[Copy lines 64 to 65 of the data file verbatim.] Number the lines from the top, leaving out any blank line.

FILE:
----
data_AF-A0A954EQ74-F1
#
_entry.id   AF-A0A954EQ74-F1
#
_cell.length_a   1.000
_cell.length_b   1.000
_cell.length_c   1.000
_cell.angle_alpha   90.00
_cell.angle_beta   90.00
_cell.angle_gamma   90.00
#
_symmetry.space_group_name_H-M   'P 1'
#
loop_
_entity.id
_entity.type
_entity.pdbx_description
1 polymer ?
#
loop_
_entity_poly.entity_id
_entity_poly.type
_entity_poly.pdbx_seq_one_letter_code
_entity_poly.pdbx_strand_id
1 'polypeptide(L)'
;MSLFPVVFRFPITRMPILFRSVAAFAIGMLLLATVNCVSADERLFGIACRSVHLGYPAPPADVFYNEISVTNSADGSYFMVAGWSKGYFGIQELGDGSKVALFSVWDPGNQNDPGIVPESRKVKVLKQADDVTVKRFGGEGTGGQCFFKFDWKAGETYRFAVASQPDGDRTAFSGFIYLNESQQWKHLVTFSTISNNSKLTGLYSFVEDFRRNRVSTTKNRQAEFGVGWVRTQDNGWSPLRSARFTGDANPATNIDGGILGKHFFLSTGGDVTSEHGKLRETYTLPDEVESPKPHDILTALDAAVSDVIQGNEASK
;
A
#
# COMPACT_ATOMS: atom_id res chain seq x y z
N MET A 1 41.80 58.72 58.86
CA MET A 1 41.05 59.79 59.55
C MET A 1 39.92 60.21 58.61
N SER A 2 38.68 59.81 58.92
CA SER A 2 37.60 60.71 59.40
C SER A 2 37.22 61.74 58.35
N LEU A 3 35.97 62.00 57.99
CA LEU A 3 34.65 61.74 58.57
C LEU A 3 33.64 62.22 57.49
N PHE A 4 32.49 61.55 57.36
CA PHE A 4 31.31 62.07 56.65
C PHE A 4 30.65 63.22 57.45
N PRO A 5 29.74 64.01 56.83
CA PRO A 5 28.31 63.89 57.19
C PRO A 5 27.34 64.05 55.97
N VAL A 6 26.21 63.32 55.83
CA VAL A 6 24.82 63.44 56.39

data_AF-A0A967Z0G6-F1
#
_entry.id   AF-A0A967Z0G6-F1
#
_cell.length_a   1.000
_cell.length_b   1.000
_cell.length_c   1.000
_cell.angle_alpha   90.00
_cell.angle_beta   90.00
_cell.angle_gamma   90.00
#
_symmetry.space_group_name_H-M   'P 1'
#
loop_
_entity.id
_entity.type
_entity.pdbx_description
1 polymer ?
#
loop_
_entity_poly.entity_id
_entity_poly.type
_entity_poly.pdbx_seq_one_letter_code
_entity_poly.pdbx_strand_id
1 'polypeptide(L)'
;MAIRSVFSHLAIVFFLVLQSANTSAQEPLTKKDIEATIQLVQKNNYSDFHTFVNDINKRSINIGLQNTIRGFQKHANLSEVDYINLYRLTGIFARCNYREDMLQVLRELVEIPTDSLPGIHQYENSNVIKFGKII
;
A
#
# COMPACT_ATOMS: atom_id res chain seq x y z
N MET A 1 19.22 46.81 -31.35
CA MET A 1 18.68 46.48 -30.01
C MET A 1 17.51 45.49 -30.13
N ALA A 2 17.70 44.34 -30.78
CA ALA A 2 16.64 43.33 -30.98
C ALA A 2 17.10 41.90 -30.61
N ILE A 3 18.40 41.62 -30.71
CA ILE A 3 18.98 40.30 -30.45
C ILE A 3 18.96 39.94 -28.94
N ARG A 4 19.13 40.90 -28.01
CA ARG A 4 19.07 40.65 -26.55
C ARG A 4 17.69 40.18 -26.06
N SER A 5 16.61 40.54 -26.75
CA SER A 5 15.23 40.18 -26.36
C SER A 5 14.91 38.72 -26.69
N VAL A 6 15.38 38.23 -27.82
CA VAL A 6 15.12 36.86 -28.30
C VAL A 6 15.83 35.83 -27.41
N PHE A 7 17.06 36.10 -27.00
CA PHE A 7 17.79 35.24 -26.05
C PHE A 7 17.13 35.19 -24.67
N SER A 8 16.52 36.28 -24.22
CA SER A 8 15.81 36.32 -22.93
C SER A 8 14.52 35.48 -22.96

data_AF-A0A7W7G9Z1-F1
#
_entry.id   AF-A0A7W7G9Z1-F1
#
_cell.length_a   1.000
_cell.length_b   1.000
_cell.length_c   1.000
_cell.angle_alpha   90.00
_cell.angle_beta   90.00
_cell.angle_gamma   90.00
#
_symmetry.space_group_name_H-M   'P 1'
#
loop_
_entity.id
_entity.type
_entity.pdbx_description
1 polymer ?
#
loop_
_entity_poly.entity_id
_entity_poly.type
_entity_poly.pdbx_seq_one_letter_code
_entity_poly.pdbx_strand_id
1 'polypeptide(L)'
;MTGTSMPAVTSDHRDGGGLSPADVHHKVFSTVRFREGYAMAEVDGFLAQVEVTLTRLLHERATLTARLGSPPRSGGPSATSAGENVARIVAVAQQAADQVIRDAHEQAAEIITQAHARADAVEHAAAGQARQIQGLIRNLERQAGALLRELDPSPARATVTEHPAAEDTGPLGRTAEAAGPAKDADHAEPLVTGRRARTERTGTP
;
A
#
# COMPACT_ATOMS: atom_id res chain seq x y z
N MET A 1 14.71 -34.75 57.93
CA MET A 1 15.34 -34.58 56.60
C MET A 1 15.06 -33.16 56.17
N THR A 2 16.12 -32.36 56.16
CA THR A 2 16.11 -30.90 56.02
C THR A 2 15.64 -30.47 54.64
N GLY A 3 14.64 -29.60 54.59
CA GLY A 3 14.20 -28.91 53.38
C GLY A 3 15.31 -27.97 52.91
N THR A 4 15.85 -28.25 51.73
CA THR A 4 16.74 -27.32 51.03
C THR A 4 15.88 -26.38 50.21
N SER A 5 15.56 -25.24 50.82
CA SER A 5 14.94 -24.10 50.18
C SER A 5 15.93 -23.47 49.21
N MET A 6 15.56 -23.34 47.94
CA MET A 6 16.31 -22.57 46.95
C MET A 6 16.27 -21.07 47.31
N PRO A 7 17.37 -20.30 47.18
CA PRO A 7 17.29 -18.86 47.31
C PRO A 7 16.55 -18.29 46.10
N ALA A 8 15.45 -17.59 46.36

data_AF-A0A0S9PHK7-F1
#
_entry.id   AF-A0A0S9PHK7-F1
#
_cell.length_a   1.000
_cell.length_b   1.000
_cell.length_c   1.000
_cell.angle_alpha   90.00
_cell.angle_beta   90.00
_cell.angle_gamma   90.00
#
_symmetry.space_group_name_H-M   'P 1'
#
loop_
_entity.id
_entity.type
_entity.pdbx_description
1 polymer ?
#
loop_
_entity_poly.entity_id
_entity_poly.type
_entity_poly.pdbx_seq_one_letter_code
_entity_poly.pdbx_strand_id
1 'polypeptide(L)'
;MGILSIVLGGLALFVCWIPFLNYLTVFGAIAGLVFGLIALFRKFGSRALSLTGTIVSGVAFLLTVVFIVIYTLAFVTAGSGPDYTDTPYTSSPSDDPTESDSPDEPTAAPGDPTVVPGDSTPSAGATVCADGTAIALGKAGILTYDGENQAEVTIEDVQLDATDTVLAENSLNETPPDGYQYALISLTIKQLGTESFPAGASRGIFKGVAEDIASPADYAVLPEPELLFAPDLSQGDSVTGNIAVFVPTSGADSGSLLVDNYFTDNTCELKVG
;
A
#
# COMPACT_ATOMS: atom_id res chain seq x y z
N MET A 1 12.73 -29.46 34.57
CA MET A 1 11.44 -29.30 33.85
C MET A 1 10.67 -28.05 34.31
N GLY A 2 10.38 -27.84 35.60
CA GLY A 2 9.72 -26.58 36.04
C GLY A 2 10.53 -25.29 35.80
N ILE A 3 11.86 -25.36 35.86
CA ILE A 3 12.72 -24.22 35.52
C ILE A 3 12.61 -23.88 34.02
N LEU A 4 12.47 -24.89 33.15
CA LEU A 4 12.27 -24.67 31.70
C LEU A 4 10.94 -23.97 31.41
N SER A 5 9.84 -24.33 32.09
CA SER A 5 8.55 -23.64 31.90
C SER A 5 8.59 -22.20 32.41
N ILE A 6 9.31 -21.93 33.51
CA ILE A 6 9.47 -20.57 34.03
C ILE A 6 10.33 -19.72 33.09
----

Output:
_entity.pdbx_description
1 polymer ?